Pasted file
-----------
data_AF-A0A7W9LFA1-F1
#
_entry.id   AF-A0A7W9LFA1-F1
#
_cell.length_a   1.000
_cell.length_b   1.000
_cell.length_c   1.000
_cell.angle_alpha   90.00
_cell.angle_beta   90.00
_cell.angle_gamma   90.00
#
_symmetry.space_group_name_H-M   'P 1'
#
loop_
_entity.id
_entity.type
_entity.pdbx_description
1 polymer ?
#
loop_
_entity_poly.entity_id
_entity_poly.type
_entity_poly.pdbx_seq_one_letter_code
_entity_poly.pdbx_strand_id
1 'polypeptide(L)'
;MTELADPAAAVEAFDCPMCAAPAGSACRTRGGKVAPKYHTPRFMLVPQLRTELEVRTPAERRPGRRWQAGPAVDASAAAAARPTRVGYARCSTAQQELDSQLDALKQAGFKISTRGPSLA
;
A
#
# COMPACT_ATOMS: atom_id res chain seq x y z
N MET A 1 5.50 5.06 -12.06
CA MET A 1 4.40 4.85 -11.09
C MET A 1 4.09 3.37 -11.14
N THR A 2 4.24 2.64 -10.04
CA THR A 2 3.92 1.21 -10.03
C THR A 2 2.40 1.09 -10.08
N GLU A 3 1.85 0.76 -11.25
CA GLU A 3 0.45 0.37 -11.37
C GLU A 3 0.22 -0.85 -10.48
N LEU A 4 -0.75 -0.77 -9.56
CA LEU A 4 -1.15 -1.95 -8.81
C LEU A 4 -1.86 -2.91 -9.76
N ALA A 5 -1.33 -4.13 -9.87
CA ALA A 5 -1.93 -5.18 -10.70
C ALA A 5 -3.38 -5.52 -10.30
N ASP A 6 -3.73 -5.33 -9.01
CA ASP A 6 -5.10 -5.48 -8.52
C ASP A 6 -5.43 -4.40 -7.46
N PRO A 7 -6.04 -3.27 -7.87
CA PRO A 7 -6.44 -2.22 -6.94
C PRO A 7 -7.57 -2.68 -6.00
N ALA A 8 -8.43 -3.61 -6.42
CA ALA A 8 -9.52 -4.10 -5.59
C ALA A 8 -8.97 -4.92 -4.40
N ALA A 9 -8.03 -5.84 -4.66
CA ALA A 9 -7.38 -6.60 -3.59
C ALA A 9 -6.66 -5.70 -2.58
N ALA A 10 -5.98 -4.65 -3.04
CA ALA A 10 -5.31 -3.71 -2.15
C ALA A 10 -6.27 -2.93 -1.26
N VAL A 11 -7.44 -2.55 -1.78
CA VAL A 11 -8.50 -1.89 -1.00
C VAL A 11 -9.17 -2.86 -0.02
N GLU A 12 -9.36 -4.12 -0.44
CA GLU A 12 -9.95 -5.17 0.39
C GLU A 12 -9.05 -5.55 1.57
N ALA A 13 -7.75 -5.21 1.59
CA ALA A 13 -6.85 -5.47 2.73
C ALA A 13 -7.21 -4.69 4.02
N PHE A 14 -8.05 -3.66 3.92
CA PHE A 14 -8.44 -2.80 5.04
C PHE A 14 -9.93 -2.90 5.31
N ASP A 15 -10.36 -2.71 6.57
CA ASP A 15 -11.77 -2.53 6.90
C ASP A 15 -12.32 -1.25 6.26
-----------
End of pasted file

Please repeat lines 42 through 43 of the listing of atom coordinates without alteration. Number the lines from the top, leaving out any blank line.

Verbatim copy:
C LEU A 4 -1.86 -2.91 -9.76
N ALA A 5 -1.33 -4.13 -9.87